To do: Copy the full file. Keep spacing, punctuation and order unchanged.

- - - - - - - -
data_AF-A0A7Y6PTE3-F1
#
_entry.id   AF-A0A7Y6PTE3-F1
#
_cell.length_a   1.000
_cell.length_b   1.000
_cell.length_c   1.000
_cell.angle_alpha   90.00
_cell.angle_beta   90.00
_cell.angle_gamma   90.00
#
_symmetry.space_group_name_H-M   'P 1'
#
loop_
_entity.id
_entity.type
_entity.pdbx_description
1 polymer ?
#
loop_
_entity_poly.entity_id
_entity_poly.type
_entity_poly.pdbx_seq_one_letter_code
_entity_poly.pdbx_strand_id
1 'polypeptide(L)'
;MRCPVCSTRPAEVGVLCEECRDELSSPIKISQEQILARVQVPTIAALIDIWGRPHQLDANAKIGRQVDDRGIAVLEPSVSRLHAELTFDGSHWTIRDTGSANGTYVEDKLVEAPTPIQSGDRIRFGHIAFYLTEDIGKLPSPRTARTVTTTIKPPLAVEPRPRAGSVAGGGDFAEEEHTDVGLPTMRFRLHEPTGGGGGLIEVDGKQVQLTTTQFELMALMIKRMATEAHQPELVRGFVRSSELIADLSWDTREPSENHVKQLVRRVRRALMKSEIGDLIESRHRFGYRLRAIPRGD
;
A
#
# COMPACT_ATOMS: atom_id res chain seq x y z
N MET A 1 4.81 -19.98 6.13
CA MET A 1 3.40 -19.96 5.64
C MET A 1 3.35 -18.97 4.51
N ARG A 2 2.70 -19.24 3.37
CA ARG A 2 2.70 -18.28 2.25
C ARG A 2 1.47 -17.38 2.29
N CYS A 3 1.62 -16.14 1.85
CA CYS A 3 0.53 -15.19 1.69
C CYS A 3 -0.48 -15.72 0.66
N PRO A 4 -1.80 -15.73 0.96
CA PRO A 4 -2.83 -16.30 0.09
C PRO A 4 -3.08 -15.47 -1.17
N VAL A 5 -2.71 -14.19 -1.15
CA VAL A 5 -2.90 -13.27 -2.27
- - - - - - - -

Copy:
data_AF-A0A7Y6PTE3-F1
#
_entry.id   AF-A0A7Y6PTE3-F1
#
_cell.length_a   1.000
_cell.length_b   1.000
_cell.length_c   1.000
_cell.angle_alpha   90.00
_cell.angle_beta   90.00
_cell.angle_gamma   90.00
#
_symmetry.space_group_name_H-M   'P 1'
#
loop_
_entity.id
_entity.type
_entity.pdbx_description
1 polymer ?
#
loop_
_entity_poly.entity_id
_entity_poly.type
_entity_poly.pdbx_seq_one_letter_code
_entity_poly.pdbx_strand_id
1 'polypeptide(L)'
;MRCPVCSTRPAEVGVLCEECRDELSSPIKISQEQILARVQVPTIAALIDIWGRPHQLDANAKIGRQVDDRGIAVLEPSVSRLHAELTFDGSHWTIRDTGSANGTYVEDKLVEAPTPIQSGDRIRFGHIAFYLTEDIGKLPSPRTARTVTTTIKPPLAVEPRPRAGSVAGGGDFAEEEHTDVGLPTMRFRLHEPTGGGGGLIEVDGKQVQLTTTQFELMALMIKRMATEAHQPELVRGFVRSSELIADLSWDTREPSENHVKQLVRRVRRALMKSEIGDLIESRHRFGYRLRAIPRGD
;
A
#
# COMPACT_ATOMS: atom_id res chain seq x y z
N MET A 1 4.81 -19.98 6.13
CA MET A 1 3.40 -19.96 5.64
C MET A 1 3.35 -18.97 4.51
N ARG A 2 2.70 -19.24 3.37
CA ARG A 2 2.70 -18.28 2.25
C ARG A 2 1.47 -17.38 2.29
N CYS A 3 1.62 -16.14 1.85
CA CYS A 3 0.53 -15.19 1.69
C CYS A 3 -0.48 -15.72 0.66
N PRO A 4 -1.80 -15.73 0.96
CA PRO A 4 -2.83 -16.30 0.09
C PRO A 4 -3.08 -15.47 -1.17
N VAL A 5 -2.71 -14.19 -1.15
CA VAL A 5 -2.90 -13.27 -2.27